Motorcycle Mechanics Institute


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Motorcycle Mechanics Institute

It starts with instructors who are more than industry pros with real world experience. They're invested in your success at MMI, where you'll get the experience you need to prepare for a career in an evolving industry that includes motorcycles, ATVs, side-by-sides, personal watercraft, snowmobiles and more.1 And you’ll be working alongside people who share your love for a finely tuned machine and that feeling of freedom.

Engines, Transmissions, and Precision Measurement

Students will learn the theory and operating principles of four-stroke engines. They will learn about design and function of various engine and transmission configurations, clutches and primary drive systems. These lessons are taught through a series of hands-on lab demonstrations that will give students an opportunity to disassemble the system and practice their measuring skills.18

Students are introduced to professional work standards, shop safety rules, proper use of common hand tools and manufacturer’s service manuals, with special focus on the use of precision measuring tools.

Chassis, Suspension, and Final Drive

Students will learn about design, operation and maintenance procedures of motorcycle suspension systems, including servicing of steering head bearings, suspension components, as well as brake systems. Students will learn the various types of tire construction, wheel removal and replacement, tire removal and replacement, dynamic and static tire balancing, chain peen removal and replacement, and ATV tire removal and replacement.

Electrical Systems

Students will learn the fundamentals of electricity. Subjects include electrical theory, Ohm’s and Watt’s laws, series and parallel circuits, and how each of these principals is applied to the electrical systems on a motorcycle. Students will use electrical demonstration boards and components to build and test various circuits. Students will learn about design and function of the common electrical systems found on modern motorcycles and powersports equipment from a variety of manufacturers.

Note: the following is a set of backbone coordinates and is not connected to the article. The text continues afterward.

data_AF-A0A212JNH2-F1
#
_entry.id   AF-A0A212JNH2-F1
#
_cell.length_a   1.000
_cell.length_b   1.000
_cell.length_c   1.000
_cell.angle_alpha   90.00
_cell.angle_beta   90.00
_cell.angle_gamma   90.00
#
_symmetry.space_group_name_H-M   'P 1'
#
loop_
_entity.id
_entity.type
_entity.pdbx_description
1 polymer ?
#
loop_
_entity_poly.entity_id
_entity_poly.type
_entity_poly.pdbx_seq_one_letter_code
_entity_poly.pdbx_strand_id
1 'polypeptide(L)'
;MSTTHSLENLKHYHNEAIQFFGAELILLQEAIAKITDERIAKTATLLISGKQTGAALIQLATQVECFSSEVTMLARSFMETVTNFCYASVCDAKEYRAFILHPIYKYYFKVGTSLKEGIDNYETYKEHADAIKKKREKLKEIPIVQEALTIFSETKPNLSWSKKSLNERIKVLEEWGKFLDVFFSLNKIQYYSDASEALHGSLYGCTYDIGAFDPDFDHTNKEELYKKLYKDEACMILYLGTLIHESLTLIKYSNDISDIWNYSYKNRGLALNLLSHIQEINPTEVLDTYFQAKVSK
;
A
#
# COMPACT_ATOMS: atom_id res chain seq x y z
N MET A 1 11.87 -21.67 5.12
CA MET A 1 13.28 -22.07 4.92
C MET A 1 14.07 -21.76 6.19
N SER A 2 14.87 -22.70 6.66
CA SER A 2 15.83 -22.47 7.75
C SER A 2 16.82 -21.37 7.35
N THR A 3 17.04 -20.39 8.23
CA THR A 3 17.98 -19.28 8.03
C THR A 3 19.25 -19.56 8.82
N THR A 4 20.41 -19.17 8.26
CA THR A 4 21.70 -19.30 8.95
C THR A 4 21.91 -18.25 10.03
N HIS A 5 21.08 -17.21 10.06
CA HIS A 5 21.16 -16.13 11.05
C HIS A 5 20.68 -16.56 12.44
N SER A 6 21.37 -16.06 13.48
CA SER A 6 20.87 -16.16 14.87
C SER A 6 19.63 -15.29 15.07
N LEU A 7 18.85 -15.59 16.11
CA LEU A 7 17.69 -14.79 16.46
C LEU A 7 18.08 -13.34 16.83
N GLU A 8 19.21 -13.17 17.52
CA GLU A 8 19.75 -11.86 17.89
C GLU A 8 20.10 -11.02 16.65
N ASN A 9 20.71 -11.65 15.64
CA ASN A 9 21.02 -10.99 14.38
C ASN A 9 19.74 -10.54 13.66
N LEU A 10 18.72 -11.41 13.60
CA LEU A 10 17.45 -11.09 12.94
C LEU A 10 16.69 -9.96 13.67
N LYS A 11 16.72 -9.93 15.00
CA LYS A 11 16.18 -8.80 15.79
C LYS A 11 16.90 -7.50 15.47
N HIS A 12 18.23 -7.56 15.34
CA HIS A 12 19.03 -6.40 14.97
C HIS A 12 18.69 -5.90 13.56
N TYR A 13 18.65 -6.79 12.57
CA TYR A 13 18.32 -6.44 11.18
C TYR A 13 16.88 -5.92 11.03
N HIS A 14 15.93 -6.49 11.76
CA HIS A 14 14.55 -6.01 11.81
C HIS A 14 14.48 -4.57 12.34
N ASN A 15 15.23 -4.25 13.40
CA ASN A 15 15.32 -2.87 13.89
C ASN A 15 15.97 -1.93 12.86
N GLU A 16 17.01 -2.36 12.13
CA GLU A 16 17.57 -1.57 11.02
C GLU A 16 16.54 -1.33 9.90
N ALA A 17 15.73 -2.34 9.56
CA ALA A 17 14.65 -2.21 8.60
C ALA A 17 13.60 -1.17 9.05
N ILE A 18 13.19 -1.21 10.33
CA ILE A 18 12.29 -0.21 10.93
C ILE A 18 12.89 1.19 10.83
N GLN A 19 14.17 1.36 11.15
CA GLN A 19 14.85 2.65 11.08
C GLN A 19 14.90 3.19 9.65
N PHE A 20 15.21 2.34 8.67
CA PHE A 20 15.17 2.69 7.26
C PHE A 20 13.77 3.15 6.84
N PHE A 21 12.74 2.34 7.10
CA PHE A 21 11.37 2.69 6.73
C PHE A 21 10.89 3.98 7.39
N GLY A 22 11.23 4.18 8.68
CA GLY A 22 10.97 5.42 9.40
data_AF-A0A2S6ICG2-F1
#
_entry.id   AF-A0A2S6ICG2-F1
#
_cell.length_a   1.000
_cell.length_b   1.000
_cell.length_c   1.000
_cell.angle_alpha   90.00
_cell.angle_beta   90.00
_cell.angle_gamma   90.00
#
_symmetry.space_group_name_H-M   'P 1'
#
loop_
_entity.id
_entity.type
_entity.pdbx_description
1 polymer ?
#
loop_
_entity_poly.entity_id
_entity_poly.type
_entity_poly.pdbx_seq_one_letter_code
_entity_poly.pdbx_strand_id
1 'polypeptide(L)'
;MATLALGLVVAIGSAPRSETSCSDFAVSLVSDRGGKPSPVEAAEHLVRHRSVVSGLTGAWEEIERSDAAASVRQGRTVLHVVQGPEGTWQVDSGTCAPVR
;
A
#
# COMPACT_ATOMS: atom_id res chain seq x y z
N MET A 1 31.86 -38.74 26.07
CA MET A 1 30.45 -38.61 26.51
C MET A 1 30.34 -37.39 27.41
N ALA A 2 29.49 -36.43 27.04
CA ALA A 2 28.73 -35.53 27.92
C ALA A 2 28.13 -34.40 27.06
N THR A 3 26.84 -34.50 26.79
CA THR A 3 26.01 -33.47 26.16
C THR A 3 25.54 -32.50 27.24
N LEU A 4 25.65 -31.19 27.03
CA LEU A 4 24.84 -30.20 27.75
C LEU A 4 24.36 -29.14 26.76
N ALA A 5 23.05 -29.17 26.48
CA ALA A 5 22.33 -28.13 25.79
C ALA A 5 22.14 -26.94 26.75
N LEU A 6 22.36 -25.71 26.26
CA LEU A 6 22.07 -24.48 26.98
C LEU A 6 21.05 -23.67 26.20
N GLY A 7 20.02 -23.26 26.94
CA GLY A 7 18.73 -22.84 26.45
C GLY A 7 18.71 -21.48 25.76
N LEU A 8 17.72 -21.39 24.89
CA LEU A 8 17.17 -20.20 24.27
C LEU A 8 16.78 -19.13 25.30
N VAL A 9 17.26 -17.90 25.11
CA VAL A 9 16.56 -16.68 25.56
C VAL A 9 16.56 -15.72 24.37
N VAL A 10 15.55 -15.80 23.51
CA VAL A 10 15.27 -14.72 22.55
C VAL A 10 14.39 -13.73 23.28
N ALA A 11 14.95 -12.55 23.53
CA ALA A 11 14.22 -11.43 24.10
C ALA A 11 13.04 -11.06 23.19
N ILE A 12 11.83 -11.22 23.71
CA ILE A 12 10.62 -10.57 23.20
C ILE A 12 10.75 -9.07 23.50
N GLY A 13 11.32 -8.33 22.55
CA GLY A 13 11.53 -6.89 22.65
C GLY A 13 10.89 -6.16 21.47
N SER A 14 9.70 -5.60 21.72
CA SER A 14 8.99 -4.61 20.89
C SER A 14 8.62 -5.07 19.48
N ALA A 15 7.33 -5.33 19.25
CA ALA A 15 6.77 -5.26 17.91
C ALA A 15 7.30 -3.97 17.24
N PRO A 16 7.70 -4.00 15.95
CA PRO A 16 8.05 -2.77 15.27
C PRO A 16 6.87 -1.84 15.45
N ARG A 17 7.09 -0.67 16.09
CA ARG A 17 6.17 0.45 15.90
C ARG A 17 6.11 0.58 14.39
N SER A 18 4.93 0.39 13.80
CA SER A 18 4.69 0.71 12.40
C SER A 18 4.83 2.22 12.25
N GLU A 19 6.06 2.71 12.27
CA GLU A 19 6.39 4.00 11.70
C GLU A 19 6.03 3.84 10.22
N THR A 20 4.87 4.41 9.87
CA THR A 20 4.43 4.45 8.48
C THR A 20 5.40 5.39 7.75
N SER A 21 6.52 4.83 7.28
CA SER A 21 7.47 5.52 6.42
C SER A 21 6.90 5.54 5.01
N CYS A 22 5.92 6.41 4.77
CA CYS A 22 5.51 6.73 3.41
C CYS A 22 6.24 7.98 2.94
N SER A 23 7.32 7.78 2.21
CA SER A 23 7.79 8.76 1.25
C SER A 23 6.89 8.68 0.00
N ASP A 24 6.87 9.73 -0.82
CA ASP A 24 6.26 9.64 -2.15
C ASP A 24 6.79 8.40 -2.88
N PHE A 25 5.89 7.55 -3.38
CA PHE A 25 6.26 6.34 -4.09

These systems include starting, ignition, charging and lighting systems. The course also introduces the tools and procedures used to verify proper operation of these systems. The tools include digital multimeters and wiring schematics. The lab tasks are performed on fully operational motorcycles. Students also will learn to make wiring repairs using soldering equipment and connector crimping tools. 

Vehicle Maintenance

Students will learn periodic maintenance procedures for motorcycle and powersports equipment, engine inspection and adjustment procedures, oil and oil filter service, cooling system theory, inspection and servicing, as well as chassis adjustments. Instruction also will cover use of specialized maintenance equipment, including valve train service and adjustment tools, and throttle body synchronization tools. In addition, students will learn the proper selection and use of solvents and lubricants.

Instruction will be delivered on use of common dealer management system (DMS) software. This provides students the opportunity to work with electronic repair orders and parts catalogs, helping to create an accurate simulation of a working service department environment.

Engine Troubleshooting and Noise Diagnosis

Building upon the skill sets learned in MOTO-101 Engines, Transmissions, and Precision Measurement, in this portion of their motorcycle mechanic courses, students will learn about the tools and procedures used to diagnose common engine issues. This includes use of diagnostic test equipment, identifying and interpreting engine noises, and disassembly and inspection of the engines and engine subsystems. Additional instruction will cover cam timing, engine clearance measurements and service limits.

Electrical Diagnostics

Building upon the skill sets learned in MOTO-103 Electrical Systems, students will be introduced to the tools and procedures used to diagnose common electrical issues on a variety of motorcycle systems, including starting, ignition, fuel injection, and charging systems. Students are introduced to computer-based diagnostic tools, accessing and clearing of diagnostic codes, and use of graphical data to troubleshoot EFI and electrical problems.


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